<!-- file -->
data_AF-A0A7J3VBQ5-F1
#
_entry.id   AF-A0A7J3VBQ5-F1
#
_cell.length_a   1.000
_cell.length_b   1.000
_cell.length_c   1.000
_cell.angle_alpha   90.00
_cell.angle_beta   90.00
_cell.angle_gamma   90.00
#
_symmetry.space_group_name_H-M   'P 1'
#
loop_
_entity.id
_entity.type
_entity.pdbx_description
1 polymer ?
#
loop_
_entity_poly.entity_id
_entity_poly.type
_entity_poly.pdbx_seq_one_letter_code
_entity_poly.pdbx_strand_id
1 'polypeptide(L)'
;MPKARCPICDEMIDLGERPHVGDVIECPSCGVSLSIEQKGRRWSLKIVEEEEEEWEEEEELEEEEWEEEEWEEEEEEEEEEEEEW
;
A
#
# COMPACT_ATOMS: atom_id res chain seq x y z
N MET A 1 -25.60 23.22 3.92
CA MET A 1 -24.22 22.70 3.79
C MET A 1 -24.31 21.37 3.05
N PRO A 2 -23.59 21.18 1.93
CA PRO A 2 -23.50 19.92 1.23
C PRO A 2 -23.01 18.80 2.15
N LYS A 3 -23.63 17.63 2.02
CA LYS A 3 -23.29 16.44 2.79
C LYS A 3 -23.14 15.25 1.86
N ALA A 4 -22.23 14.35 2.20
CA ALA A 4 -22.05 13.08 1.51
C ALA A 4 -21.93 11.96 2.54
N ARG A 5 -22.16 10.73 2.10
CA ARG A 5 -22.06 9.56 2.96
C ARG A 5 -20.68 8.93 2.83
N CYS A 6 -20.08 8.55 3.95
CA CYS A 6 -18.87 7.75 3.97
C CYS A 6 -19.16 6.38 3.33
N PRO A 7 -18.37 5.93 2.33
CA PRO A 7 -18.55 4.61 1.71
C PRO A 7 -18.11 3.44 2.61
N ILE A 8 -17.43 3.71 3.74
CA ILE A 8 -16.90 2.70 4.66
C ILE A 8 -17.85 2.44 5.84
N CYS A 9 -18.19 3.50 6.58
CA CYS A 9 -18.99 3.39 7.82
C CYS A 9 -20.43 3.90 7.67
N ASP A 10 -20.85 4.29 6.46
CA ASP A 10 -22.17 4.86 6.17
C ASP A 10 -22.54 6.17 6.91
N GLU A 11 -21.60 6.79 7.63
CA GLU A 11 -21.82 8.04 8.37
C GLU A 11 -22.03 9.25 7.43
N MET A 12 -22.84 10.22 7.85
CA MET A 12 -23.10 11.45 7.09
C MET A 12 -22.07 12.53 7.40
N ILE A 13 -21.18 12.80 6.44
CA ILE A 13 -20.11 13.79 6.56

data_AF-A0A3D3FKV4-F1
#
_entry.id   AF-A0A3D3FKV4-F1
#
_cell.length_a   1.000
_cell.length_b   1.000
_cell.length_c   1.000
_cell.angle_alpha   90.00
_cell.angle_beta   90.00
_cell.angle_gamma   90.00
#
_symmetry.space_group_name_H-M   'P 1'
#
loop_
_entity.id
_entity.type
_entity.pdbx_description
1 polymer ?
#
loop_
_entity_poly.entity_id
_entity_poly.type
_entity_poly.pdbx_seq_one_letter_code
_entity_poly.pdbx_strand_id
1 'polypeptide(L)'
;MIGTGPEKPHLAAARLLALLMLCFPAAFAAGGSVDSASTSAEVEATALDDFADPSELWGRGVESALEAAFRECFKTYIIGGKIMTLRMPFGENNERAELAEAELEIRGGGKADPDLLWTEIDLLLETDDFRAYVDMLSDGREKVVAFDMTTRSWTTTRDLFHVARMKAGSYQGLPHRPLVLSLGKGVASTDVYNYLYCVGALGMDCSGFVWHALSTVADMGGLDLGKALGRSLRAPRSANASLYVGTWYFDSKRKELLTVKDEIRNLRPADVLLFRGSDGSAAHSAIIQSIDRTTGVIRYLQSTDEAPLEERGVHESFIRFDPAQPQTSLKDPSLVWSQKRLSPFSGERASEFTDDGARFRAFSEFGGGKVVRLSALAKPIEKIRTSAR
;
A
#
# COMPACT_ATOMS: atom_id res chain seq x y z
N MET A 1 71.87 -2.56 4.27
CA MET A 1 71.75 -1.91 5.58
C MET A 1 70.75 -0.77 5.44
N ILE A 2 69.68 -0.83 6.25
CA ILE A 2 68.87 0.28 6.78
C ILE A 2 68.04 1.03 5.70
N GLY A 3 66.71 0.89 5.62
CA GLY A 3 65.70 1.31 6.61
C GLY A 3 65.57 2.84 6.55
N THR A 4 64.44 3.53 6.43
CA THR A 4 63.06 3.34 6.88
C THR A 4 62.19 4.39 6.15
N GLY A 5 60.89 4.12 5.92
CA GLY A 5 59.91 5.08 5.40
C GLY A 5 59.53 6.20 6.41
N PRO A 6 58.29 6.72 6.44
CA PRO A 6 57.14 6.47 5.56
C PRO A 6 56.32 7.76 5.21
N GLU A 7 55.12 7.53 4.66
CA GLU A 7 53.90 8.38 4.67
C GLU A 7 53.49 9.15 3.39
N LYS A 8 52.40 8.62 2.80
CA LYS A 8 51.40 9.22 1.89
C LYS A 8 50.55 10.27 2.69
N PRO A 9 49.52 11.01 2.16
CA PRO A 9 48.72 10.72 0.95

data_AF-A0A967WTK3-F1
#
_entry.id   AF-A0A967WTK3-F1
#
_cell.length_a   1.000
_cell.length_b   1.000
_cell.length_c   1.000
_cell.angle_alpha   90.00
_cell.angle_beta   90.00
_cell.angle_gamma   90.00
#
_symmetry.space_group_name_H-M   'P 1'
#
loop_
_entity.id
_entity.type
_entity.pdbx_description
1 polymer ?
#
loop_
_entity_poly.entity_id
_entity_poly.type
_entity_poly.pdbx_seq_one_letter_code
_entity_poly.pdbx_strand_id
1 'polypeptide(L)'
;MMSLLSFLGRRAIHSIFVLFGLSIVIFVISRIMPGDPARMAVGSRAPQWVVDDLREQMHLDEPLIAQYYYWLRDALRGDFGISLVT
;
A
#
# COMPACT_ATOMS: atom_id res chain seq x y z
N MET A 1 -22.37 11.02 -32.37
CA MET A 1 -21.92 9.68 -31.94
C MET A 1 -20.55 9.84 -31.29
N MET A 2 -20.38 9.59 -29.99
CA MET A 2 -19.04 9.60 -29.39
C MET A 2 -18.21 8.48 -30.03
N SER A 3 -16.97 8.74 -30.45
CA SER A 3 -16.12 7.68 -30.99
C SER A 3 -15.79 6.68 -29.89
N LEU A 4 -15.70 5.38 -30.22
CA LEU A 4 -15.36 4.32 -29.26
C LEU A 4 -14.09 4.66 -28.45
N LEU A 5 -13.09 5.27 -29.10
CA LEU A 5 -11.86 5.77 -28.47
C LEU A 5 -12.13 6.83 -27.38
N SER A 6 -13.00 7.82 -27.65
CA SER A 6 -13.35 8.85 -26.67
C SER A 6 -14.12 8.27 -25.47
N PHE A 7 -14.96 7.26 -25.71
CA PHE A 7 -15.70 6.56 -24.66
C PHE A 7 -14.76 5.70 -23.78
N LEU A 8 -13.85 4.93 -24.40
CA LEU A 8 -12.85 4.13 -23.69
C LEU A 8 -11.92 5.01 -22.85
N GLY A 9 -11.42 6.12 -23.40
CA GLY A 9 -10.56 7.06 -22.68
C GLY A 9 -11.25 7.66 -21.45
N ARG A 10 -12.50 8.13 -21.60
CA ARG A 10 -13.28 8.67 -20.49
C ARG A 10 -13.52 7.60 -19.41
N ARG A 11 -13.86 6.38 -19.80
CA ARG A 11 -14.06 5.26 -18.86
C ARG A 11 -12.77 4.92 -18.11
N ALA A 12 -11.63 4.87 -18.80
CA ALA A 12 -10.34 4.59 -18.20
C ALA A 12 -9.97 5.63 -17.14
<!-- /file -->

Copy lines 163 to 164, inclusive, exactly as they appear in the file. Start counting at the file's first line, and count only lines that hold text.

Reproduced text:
C SER A 3 -15.79 6.68 -29.89
N LEU A 4 -15.70 5.38 -30.22